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Posts tagged ‘hanukkah recipes’

Duck Fat 50: Potato Pancakes AKA Latkes with Foie Gras

These golden potato pancakes are crisped in duck fat before being crowned with silky foie gras and tart apple. Delicious. And appropriate for Hanukkah. Or Thanksgivukkah. After all, the history of foie gras in Europe can be traced back to Jewish immigrants, who brought the technique of fattening ducks and geese from Egypt. Schmaltz, anyone?

Recipe_Foie_Gras_Latkes_HomeMedium

INGREDIENTS

2 medium Granny Smith or other tart green apples, peeled, cored, and cut crosswise in 1/8-inch slices (reserve trimmings)
2/3 cup simple syrup
1¼ cups duck and veal demi-glace
2 medium-large baking potatoes (about 1¼ pounds), peeled
1 small onion
1 small golden delicious or other sweet apple, peeled
1 tablespoons minced flat-leaf parsley
1 egg, beaten
6 or more tablespoons all-purpose flour
Salt and freshly ground white pepper to taste
1 duck fat
6 foie gras slices

PREPARATION

1. Combine sliced apples with simple syrup in a bowl and soak for 8 hours or overnight.

2. Add apple trimmings to demi-glace, bring to a boil, then simmer for 30 minutes. Strain and keep warm.

3. Grate potatoes, red apple, and onion. Gently stir in parsley, egg, and flour, and season with salt and pepper. Heat enough duck fat to measure about ½ inches deep in a large heavy skillet. Form mixture into 12 pancakes. If too moist, add a little more flour. When fat is hot, about 375 degrees F, add only as many pancakes as will comfortably fit in pan without crowding, flattening them slightly. Cook until browned and crispy on both sides, turning once. Remove with a slotted spatula, blot on paper towels, and keep warm in a warm oven. Discard fat and wipe out pan.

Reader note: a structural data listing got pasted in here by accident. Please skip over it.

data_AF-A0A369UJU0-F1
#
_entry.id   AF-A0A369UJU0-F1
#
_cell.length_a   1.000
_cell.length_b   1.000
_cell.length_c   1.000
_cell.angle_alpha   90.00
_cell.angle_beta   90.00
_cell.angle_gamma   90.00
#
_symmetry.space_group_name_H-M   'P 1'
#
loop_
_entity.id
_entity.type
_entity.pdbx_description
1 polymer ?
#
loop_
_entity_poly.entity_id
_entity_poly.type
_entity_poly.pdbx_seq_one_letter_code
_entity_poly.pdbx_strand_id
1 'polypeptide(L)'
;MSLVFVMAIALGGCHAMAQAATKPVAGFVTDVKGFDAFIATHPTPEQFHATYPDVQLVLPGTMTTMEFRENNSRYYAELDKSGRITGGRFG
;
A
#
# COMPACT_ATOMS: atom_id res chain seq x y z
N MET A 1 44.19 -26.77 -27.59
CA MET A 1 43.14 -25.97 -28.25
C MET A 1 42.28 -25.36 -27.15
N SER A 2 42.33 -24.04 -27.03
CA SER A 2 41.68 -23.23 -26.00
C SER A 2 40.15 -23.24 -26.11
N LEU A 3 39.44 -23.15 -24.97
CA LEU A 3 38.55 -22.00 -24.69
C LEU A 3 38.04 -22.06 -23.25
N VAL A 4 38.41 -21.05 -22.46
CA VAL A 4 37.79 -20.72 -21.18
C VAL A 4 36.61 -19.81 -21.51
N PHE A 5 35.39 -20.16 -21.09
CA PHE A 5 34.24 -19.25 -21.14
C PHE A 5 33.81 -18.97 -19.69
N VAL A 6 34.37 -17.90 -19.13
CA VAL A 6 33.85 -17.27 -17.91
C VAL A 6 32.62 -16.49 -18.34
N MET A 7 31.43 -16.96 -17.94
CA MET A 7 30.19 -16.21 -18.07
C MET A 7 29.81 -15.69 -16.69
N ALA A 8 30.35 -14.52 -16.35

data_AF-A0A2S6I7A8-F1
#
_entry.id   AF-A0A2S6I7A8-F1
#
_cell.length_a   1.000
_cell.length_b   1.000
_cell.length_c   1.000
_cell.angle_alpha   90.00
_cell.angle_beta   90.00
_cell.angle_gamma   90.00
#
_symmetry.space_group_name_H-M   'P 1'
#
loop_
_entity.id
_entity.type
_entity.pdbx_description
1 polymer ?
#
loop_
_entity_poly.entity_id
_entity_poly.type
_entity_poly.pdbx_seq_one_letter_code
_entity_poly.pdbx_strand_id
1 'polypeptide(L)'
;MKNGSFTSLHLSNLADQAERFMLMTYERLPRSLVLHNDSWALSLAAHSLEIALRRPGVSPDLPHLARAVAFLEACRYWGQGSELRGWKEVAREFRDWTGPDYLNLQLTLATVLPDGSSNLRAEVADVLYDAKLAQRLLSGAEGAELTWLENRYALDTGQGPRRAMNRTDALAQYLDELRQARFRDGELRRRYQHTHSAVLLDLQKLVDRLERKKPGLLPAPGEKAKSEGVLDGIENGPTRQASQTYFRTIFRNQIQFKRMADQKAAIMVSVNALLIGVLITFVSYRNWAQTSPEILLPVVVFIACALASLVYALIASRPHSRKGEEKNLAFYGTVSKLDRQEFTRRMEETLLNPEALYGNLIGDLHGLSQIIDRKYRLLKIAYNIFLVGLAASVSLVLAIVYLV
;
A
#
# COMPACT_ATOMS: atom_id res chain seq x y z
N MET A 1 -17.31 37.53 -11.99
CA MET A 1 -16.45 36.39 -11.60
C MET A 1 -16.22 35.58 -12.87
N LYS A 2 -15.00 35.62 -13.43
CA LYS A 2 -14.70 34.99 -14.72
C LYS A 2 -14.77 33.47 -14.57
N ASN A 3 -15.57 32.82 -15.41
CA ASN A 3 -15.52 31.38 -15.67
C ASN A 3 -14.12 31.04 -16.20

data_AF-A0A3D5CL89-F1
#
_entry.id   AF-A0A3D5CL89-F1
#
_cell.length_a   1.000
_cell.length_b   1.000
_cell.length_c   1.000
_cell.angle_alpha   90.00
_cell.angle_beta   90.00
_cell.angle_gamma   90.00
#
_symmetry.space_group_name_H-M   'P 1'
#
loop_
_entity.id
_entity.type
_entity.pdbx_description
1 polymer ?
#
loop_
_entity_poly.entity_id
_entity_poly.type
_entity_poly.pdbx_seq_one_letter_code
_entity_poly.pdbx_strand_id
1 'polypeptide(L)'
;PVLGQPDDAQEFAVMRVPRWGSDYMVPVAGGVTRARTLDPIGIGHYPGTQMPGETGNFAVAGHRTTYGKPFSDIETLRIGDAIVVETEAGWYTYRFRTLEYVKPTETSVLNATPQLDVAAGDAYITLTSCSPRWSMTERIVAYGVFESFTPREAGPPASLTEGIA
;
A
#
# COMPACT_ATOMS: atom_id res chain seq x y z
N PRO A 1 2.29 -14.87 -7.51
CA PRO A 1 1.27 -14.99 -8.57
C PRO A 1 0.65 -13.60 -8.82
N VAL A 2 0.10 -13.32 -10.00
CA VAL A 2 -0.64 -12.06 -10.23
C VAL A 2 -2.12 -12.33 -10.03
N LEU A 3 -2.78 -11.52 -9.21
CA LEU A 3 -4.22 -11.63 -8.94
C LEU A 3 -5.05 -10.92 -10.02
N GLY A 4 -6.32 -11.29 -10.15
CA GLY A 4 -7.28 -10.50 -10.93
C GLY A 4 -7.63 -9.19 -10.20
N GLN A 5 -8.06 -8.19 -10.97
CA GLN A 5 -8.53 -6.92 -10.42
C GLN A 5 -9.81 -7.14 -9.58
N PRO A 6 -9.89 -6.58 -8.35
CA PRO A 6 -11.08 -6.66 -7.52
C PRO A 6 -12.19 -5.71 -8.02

4. Heat pan until very hot. Season foie gras with salt and pepper, and sauté until lightly browned and medium-rare inside, about 45 seconds per side.

5. On warm plates, place a potato pancake, then add an apple slice and a foie gras medallion on top. Spoon on sauce, and serve.

Celebrating Hanukkah D’Artagnan Style

For eight days and nights, in the dark of winter, Jewish families around the world will celebrate the Festival of Lights, better known as Hanukkah. And each of those nights will be filled with traditional rituals and foods. For those of you looking for something beyond matzoh ball soup, potato latkes and brisket, we have a few ideas that can take Hanukkah to another level. For this, we may have to ignore a few kosher laws, which we hope you can excuse.


Let My People Eat Foie Gras
The Jewish people are credited with bringing the feeding technique that fattens the liver of ducks or geese out of the land of Egypt and into Europe. The rest, as they say, is history.

So it seems particularly appropriate to celebrate Hanukkah with a little foie gras. The terrine is a divine preparation of foie gras, which becomes an instant classic when sliced and served cold with cranberry port reduction as an appetizer. For a hot preparation that is impressive yet simple, sear slices of fresh foie gras in a hot pan, and complement with dried fruit flapjacks for a unique twist on the classic latke.

Leave the kasha varnishkes for Grandma, and instead try our easy-to-make pasta with foie gras and wild mushrooms. If you are feeling particularly guilty about playing fast and loose with this one, use farfelle (bowtie pasta) instead of gemelli pasta. You’ll get over it when you sink your teeth into a cube of sautéed foie gras, and then wipe the bowl clean of the luxurious sauce, redolent of foie gras and mushrooms.

Other Birds of Good Repute
In the old country, a Jewish family was always fattening up some birds for schmaltz (chicken fat, though we use duck fat with great results!) and the roasting pan. It was considered appropriate to slaughter a duck or goose for Hanukkah, roast it and use some of the rendered fat to fry the potato latkes. Banish the thought of the Dickensian Christmas goose, and have a Read more